Police search the Meningie property where the backpacker was allegedly held. Picture: 7 News
Police search the Meningie property where the backpacker was allegedly held. Picture: 7 News

Backpacker ‘chained, abused in dirty old pig shed’

A MENINGIE hobby farmer shackled a European backpacker to a couch and held a gun to her back in a dirty, old pig shed and repeatedly abused her, a court has heard.

Gene Charles Bristow, 54, is standing trial in the District Court in South Australia after pleading not guilty to offences including aggravated kidnapping, rape and indecent assault over the 24-year-old victim's two day ordeal in February 2017.

Opening the trial, prosecutor Michael Foundas told the jury Bristow had responded to the woman's Gumtree post seeking farming work, picked her up in Murray Bridge in his old red ute and took "the back way" to his property to avoid the young woman being detected by locals or his family.

Police at the property during the search. Picture: Naomi Jellicoe
Police at the property during the search. Picture: Naomi Jellicoe

He took her to an "old, dirty pig shed (with) gaps in the walls and a low roof" out of view from the farm's main residence where he lived with his family.

The jury heard it was there, that Bristow held a gun to the woman's shoulder, telling her not to move and that he would kill her if she tried to flee.

He shackled the backpacker to an old black couch using chains on her legs and cable ties on her wrists and removed her clothing.

"Apart from trying to roll up into a ball by curling her legs up to her body, there was nothing she could do," Mr Foundas said.

"Her hands were cable tied at the back, she was chained at the legs, she was naked and he had a gun.

"He held her there, captive, chained up, naked in an old, dirty pig shed on a remote property in the middle of nowhere."

The jury heard Bristow - who pretended to be an employee of the farm - repeatedly returned to the shed to abuse the woman, occasionally adjusting her shackles.

He told her things "designed to keep her in fear, to keep her compliant" including that "she was lucky she was held by him" and not his "bosses" who would "treat her worse, more violently".

Gene Bristow leaves the Adelaide Magistrates Court during an earlier hearing. Picture: Nine News
Gene Bristow leaves the Adelaide Magistrates Court during an earlier hearing. Picture: Nine News

"He told her he was 'the nice one' … he told her that she had to be good, that she had to love him or the others would come and they would hit her, cut her, mark her," Mr Foundas said.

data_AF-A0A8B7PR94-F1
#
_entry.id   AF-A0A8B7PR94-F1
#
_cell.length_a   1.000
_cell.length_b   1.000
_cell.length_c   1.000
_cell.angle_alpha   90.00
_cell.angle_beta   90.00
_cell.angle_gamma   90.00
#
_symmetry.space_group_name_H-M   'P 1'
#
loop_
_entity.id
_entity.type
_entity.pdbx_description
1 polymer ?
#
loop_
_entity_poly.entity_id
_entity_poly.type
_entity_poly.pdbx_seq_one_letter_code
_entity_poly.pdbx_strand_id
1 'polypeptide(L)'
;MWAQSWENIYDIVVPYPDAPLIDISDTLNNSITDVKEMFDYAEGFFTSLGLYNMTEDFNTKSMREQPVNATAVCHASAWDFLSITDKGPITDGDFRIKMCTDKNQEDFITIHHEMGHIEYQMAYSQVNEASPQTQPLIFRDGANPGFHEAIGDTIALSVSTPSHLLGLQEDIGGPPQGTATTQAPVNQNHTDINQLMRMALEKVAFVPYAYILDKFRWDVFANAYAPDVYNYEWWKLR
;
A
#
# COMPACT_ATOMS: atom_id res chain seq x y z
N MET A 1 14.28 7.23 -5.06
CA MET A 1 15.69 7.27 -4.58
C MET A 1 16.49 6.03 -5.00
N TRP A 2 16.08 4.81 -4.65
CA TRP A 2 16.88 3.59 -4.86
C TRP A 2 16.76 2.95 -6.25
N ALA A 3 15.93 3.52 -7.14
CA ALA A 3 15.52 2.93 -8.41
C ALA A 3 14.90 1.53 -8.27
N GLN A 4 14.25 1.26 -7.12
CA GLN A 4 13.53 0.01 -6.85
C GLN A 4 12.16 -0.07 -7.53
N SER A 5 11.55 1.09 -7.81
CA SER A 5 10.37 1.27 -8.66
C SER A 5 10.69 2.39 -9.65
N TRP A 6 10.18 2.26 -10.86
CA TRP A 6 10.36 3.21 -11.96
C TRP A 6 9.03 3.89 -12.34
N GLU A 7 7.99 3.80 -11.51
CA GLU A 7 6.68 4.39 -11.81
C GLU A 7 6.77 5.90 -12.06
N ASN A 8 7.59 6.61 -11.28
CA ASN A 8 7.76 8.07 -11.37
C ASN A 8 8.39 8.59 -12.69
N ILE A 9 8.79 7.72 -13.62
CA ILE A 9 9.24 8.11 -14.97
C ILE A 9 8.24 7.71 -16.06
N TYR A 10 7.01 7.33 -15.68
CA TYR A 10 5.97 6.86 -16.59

"The accused was saying these things knowing she was a 24-year-old backpacker from (Europe), on her own, with no car, on a farm in the middle of nowhere, not even knowing the name of the nearest town."

Later in the night she managed to briefly escape using metal hooks and use her laptop to send messages of distress to friends, family, tour agencies as well as emails to SA Police, who began searching for the woman the following day.

Fearing her attacker, she then returned to the couch and chained herself back to the couch.

The jury heard police then descended on Meningie, and during their search had pulled over Bristow, taking his details.

Gene Bristow is taken into custody at his farm. Picture: Nine News
Gene Bristow is taken into custody at his farm. Picture: Nine News

Mr Foundas told the jury this prompted Bristow to return the backpacker to Murray Bridge later that day.

It was too late to catch the last bus back to Adelaide, so the woman was booked into a hotel overnight and Bristow left. It was when the woman ducked out to grab food from McDonald's that police spotted her.

The jury heard the woman's mobile phone was later found in a rainwater tank, the fake pistol dumped in a paddock and the shackles at the bottom of a well next to the pig shed.

Police also found cable ties, including one containing the DNA of Bristow and the victim, in a wheelie bin.

Nicholas Healy, for Bristow, told the court there was no dispute the woman had stayed overnight in his client's pig shed, but he said the allegations of what occurred at the property were "an invention" and "simply did not take place."

"The defence case … is that at no time was she ever held against her will and at no time did any sexual contact occur between my client and (the victim)," he said.

The trial, before a jury and Judge Geraldine Davison, continues.



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